The Senate’s idea to offer early retirement incentives to employees as a way to save the government some money seemed to have backfired Friday, as Government Employees Retirement System board members said the proposal would immediately put them $11 million in the hole.
Employees with 30 or more years of government service would be given $10,000 to retire early, or else would have to contribute an extra 3 percent into the system if they stay on the job, according to the proposal, which is now law. GERS Administrator Austin Nibbs said after the meeting that senators knew what impact the provision would have on GERS when they passed the bill.
In his report to the board Friday, Nibbs recommended that board members consider raising the retirement age to 62 — much like the controversial proposal in France that last year caused riots — or implementing a 3 percent increase in the contribution rates every five years to help keep the system balanced.
Another drawback of the new law is that if all 661 eligible retirees were to take the incentive, the system would not have enough staff to process the requests by the Aug. 15 deadline set forth in the bill, said Sharon Sasso, GERs’ director of member services. Board members suggested that they write to the Legislature to see if senators would consider any amendments or allow the employees to submit their intent to retire by Aug. 15 and give the system more time to process the requests.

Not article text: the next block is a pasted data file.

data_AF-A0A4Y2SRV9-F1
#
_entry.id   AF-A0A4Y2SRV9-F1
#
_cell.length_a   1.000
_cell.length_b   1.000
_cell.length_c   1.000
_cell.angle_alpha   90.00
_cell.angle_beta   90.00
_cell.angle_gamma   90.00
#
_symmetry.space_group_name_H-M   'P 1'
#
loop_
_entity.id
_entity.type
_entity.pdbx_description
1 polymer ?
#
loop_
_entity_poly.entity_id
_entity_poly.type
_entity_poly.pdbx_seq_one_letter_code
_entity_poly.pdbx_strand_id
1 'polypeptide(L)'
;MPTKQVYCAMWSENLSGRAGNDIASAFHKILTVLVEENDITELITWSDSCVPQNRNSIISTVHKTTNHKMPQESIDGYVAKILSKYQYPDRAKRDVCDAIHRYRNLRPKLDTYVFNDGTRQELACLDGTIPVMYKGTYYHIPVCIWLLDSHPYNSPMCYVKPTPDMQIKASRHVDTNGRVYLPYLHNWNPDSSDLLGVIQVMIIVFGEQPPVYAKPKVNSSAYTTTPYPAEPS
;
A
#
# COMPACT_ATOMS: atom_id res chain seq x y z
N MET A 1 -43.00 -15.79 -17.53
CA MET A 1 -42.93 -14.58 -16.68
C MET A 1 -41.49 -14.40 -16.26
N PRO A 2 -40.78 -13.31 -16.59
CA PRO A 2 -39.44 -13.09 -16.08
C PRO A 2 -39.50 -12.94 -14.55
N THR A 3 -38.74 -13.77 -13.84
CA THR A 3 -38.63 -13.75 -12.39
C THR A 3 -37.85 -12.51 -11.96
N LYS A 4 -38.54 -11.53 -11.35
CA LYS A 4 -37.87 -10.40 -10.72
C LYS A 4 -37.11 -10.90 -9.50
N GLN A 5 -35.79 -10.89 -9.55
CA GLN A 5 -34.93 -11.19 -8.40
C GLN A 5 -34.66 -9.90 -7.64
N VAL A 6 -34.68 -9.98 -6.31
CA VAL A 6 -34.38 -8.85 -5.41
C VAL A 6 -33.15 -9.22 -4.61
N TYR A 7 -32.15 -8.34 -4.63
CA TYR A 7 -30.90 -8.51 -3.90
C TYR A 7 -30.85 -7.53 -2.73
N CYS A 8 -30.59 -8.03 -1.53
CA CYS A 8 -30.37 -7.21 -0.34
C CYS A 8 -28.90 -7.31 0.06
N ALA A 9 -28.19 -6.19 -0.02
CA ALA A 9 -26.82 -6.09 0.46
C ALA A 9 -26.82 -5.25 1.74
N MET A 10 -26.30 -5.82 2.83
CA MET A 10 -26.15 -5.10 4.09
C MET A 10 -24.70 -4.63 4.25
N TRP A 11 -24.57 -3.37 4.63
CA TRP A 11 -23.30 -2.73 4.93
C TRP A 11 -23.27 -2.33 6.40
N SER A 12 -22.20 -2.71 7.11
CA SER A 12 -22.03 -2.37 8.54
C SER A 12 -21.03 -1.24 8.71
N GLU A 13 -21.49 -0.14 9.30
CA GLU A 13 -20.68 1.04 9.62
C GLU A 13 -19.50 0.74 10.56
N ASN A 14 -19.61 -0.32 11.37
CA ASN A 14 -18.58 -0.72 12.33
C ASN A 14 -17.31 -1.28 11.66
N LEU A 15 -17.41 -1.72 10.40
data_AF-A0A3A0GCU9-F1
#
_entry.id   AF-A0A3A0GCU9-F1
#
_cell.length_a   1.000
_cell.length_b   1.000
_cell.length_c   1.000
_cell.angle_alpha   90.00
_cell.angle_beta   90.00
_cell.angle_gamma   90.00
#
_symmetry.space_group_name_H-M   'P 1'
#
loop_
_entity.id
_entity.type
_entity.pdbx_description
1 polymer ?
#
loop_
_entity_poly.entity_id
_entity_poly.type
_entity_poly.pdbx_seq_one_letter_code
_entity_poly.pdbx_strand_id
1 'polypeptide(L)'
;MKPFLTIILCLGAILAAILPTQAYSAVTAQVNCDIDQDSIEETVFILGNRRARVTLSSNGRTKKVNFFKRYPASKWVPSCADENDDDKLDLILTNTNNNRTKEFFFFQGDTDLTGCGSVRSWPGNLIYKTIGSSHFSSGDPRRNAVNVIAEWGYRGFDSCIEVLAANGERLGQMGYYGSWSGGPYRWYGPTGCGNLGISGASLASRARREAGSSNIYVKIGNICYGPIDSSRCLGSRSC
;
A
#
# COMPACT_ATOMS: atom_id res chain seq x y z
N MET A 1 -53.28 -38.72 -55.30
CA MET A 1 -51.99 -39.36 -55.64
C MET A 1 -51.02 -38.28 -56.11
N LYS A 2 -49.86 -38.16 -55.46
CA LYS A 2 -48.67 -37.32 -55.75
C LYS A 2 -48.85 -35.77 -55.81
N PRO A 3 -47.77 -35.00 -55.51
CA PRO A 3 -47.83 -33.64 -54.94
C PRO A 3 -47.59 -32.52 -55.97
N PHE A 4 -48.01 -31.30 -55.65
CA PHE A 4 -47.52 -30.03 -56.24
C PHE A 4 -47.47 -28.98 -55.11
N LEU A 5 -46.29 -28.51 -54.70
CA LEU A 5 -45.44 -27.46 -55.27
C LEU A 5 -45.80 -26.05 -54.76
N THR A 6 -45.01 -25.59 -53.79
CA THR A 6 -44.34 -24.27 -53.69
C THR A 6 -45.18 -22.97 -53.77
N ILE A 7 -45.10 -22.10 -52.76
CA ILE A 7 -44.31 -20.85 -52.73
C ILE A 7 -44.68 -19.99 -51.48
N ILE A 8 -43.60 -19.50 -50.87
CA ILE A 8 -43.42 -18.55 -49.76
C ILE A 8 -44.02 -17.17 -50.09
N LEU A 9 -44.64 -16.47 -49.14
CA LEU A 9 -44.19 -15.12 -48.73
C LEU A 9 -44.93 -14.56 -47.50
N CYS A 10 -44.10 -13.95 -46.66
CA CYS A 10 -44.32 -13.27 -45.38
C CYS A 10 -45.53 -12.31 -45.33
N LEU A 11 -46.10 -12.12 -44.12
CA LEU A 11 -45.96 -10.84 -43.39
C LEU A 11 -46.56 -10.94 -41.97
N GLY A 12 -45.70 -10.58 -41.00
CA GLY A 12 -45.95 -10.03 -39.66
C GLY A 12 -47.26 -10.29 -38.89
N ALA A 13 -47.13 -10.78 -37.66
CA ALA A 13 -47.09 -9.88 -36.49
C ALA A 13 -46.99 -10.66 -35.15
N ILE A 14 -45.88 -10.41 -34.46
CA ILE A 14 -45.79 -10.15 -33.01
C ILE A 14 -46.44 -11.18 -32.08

GERS’ shaky financial position was also discussed when board members considered whether to continue paying incremental cost of living increases to employees 60 years and above that have been collecting an annuity for at least a year. Nibbs said the COLA would cost $2.1 million this year that GERS does not have, so he recommended that it not be paid.
Board members said they understood that Nibbs was looking out of the system’s bottom line but could not agree with forgoing the COLA for 2011. Board member Edgar Ross said that if the system was more unstable because of the Senate’s bill, then the Senate should appropriate the money to make up the difference, instead of forcing the retirees give up something they look forward to every year.
Ross made the motion to implement the 1.5 percent COLA in retirees’ end of the month paychecks. Voting to approve the motion were board members Wilbur Callender, Carver Farrow, Raymond James, Ross and Leona Smith. Board members Desmond Maynard and Vincent Liger abstained.
Board members also approved motions:
- making it mandatory for younger members to receive their annuity payments through ACH, or direct deposit, starting Oct. 1, 2011;
- to send requests for proposals to five firms selected as finalists for the position of investment consultant to the board;
- that makes GERS the lead plaintiff in a case against BJ’s Wholesale Club.